In writing this essay, I was more amazed with the forecasting of weather than I was of actual tornadoes. Excuse me if I run off of subject, but the things I found on predicting storms, and of course, tornadoes, were overwhelming. After going through much information and reading an abundance of articles on weather forecasting, I can only come to one conclusion. That when all is considered the best forecasters can only give an educated guess of what is in store for weather and when tornadoes will come. Through the many means at their disposal, such as satellites, ships at the ocean, infrared, radio, and radar transmissions even with all of these techniques no prediction is 100% accurate. .
One question that I asked myself was "when was the first weather forecasting ever done?", I found out that in 1863 in Britain there was a united forecasting system headed by Captain Robert Fitzroy. Captain Fitzroy would send ships around Britain to warn people of tornadoes storms and such. However, he was often wrong and criticized and therefore, committed suicide. Since then there have been many other services, but the largest one currently is the National Weather Service. The National Weather Service gives predictions for the entire world through satellite imagery for all countries. Also in recent history many local television and radio stations have made private forecasts for small areas. .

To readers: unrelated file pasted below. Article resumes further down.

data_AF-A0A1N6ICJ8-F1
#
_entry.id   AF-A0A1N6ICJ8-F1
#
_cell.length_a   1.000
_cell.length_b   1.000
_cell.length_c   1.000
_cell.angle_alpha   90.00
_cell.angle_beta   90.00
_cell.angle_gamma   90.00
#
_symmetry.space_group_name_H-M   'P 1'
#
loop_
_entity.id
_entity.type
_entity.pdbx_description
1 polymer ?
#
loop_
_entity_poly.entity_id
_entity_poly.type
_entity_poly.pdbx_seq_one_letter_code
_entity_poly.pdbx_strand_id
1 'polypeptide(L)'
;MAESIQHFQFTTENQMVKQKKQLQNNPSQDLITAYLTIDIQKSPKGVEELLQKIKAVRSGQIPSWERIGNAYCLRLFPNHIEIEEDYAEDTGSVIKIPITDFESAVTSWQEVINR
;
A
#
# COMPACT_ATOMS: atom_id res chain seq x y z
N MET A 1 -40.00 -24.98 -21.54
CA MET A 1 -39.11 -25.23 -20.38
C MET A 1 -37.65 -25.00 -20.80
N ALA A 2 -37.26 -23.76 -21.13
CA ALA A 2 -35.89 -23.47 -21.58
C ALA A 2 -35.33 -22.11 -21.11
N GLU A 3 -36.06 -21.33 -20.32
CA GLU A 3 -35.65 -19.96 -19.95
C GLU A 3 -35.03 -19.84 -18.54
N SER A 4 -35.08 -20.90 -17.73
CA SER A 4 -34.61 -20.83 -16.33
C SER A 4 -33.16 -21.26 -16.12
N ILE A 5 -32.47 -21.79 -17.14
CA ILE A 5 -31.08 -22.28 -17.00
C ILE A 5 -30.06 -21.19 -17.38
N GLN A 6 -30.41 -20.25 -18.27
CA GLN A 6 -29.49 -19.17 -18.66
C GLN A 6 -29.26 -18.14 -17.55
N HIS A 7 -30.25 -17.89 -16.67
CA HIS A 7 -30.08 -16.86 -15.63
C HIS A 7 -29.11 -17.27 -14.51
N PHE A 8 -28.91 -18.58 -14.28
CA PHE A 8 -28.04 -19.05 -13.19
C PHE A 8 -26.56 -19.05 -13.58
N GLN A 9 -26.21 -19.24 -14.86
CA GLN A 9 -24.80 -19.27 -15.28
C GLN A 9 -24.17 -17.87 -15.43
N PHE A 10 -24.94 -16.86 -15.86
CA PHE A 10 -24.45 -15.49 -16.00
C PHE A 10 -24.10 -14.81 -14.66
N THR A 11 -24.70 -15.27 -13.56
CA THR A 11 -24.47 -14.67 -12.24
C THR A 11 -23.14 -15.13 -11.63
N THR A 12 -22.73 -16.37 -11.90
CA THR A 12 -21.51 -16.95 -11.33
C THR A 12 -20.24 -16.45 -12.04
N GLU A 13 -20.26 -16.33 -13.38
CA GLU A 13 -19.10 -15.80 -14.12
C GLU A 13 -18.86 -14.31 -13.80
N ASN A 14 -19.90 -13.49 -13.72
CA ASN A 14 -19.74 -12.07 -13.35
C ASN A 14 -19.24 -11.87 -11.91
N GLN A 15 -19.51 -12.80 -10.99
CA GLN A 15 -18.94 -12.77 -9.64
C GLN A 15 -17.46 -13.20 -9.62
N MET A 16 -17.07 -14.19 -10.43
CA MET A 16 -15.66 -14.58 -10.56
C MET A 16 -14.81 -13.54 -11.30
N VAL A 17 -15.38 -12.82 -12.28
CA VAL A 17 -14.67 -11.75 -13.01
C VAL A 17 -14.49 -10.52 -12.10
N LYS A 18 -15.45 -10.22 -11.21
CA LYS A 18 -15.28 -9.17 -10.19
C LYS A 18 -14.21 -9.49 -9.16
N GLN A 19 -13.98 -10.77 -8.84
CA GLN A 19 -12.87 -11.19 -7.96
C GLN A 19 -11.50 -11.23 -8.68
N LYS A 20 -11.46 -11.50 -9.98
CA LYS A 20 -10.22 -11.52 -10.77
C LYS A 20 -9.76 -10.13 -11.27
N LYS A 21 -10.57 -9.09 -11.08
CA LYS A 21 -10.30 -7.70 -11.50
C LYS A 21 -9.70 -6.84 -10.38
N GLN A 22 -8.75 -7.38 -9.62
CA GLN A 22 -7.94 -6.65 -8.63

Meteorologists are people who interpret the weather and vicious tornadoes, such as the one we watched in class today. The reason I don't say predict the weather is because even though all forecasters have the same information and data at their fingertips, the way that they interpret what is in front of them can be different. Meteorologists receive information from various sources, but their interpretation of the data determines the accuracy of their prediction. .
Someone might ask, "If forecasters have so much information on a particular area; how could they predict a flawed forecast?" The answer to that question lies in the fact that any one of a number of weather conditions may ruin a forecast.